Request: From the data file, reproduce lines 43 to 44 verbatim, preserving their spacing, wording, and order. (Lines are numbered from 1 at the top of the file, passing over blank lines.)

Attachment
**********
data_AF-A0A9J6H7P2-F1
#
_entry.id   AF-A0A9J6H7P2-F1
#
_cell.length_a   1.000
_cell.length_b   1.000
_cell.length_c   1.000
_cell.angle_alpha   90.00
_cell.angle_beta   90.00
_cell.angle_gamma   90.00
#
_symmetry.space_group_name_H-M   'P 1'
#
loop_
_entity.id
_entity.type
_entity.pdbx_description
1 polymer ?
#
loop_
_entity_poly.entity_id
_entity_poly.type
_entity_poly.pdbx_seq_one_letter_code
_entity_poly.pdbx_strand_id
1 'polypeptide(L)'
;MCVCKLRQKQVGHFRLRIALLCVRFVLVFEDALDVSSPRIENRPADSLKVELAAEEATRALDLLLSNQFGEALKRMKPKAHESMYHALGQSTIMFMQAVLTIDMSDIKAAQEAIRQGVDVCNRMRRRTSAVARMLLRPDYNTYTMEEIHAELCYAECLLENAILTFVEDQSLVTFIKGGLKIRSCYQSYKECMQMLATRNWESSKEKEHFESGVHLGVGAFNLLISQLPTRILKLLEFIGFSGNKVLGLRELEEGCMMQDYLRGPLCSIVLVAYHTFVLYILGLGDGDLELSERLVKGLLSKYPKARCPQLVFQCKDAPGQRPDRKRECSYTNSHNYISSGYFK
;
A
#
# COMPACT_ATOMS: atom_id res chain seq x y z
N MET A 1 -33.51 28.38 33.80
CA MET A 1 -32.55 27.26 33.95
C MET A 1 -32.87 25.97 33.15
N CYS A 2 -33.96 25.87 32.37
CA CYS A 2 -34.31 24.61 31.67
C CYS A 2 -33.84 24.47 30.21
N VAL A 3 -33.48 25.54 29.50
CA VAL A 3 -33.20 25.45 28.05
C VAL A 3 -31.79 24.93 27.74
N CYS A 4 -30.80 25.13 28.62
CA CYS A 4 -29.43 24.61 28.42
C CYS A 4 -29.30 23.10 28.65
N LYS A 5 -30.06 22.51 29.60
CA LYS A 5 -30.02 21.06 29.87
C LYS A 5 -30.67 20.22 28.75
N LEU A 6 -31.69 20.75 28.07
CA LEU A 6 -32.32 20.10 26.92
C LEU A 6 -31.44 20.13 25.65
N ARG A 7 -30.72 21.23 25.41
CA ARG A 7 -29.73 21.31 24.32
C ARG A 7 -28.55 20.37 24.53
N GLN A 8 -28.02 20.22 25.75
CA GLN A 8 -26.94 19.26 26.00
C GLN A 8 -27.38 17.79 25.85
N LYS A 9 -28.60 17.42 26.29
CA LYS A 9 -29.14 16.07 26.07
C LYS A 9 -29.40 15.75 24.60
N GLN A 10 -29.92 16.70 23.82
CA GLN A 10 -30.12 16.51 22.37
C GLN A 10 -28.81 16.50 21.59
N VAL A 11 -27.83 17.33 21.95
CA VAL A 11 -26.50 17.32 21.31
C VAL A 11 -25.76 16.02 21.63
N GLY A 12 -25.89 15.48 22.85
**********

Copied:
N LYS A 5 -30.06 22.51 29.60
CA LYS A 5 -30.02 21.06 29.87